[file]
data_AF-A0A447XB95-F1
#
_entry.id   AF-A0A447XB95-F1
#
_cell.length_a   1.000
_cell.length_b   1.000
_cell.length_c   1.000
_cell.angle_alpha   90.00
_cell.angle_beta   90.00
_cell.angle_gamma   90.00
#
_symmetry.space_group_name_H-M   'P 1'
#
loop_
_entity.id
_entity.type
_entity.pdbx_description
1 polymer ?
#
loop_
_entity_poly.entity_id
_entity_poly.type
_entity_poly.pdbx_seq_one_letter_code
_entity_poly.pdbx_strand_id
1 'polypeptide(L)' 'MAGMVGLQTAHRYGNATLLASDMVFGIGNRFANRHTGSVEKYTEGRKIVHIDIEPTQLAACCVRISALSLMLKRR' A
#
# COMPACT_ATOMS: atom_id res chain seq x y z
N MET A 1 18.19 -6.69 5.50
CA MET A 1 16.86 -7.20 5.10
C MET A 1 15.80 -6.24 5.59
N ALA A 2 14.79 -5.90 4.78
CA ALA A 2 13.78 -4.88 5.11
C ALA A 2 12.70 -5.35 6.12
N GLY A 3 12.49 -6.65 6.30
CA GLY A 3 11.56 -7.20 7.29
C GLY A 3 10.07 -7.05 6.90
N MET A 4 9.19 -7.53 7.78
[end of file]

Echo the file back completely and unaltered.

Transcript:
data_AF-A0A447XB95-F1
#
_entry.id   AF-A0A447XB95-F1
#
_cell.length_a   1.000
_cell.length_b   1.000
_cell.length_c   1.000
_cell.angle_alpha   90.00
_cell.angle_beta   90.00
_cell.angle_gamma   90.00
#
_symmetry.space_group_name_H-M   'P 1'
#
loop_
_entity.id
_entity.type
_entity.pdbx_description
1 polymer ?
#
loop_
_entity_poly.entity_id
_entity_poly.type
_entity_poly.pdbx_seq_one_letter_code
_entity_poly.pdbx_strand_id
1 'polypeptide(L)' 'MAGMVGLQTAHRYGNATLLASDMVFGIGNRFANRHTGSVEKYTEGRKIVHIDIEPTQLAACCVRISALSLMLKRR' A
#
# COMPACT_ATOMS: atom_id res chain seq x y z
N MET A 1 18.19 -6.69 5.50
CA MET A 1 16.86 -7.20 5.10
C MET A 1 15.80 -6.24 5.59
N ALA A 2 14.79 -5.90 4.78
CA ALA A 2 13.78 -4.88 5.11
C ALA A 2 12.70 -5.35 6.12
N GLY A 3 12.49 -6.65 6.30
CA GLY A 3 11.56 -7.20 7.29
C GLY A 3 10.07 -7.05 6.90
N MET A 4 9.19 -7.53 7.78